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The most wonderful day of the year is approaching fast
Wasilla morning rush hour as the sun comes up. The winter soltice is Dec. 21 (U.S. Air Force photo/John Pennell)
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The most wonderful day of the year is approaching fast

Posted 12/3/2010   Updated 12/14/2010 Email story   Print story


Commentary by John Pennell

12/3/2010 - JOINT BASE ELMENDORF-RICHARDSON. Alaska -- Now that Thanksgiving's feasts are a pleasant memory, it's time to prepare for my most favorite day of the winter season.

In just three short weeks, while everybody else is caroling and making merry plans for that other December celebration, I'll be setting my sights a few days earlier for my fĂȘte. This year's winter solstice is Dec. 21.

Technically the first day of winter, the solstice is also the shortest day of the year in the northern hemisphere.

This glorious day marks the beginning of the end of our cold, dark winter and the slow return of sunshine to our northern clime.

According to the website, the sun will rise in Anchorage Saturday morning at 9:52 a.m. and will set at 3:47 p.m. - a mere five hours and 55 minutes later.

Sunrise on the 21st will be at 10:14 a.m., with sunset at 3:41 p.m. - five hours, 26 minutes and 58 seconds of daylight.

Then, beginning Dec. 22, we gain sunlight each day.

The gains are hardly noticeable at first; only six seconds the first day and 17 seconds the second. But the gains keep accumulating.

By New Year's Eve we'll be adding nearly another two minutes of daylight per day. By the Martin Luther King Jr. birthday holiday Jan. 18, sunrise will be at 9:52 a.m. and sunset at 4:29 p.m. - four minutes and 24 seconds of daylight more than the day previous.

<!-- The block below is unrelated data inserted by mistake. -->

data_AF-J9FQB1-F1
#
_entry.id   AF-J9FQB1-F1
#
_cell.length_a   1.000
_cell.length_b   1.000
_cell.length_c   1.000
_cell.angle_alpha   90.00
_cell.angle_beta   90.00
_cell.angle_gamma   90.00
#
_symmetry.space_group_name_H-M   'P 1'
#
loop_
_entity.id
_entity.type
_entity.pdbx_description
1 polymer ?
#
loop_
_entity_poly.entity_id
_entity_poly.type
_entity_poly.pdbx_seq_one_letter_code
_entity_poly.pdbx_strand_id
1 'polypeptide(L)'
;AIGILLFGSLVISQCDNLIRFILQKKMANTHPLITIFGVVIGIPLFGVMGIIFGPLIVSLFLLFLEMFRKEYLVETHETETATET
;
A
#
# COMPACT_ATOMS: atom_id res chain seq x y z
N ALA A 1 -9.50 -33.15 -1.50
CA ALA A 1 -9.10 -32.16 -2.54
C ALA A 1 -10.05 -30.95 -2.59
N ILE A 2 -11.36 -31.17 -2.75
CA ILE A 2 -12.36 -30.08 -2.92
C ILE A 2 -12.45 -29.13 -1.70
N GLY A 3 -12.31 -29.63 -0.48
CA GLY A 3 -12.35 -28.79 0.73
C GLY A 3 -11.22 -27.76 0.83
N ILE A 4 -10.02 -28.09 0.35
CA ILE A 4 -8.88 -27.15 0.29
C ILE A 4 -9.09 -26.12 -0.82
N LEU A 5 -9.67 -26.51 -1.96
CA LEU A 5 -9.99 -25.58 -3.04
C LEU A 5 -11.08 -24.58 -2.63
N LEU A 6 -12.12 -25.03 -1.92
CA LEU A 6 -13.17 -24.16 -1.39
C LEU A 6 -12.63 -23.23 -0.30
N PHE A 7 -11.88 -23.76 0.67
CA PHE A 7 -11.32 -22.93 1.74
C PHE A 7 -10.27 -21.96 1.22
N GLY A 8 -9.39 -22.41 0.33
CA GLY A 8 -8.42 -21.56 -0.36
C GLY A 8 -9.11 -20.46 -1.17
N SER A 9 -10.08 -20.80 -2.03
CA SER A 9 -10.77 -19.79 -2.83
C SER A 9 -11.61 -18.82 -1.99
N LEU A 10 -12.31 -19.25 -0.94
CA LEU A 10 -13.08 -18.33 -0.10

OK, six hours and 37 minutes of daylight might not seem like all that much, but when it's cold outside you will notice a difference.

Lovers will still be shoveling snow by Valentine's Day, but they'll have nearly nine hours to get the chore finished.

Daylight saving time plays a cruel trick on Alaskans March 12, by forcing us to set our clocks ahead an hour to "save daylight."

What it really means is March 14, instead of driving to work in the semi-daylight of a 7:20 a.m. sunrise, we endure another dark trip.

With sunrise at 8:20 a.m. and sunset at 7:59 p.m., we enjoy nearly 12 hours of daylight, but must wait until late March and early April for a sunny morning commute.

And we keep gaining sunlight at a rapid rate through to the summer solstice - June 21 - when we bask in the glory of a full 19 hours, 22 minutes and 23 seconds of Alaskan daylight before the pendulum begins to swing back in the other direction the next day.

But that's a little too far to look forward, even for me.

So for now I'll be happy to celebrate the upcoming solstice...oh, and that other December holiday too.

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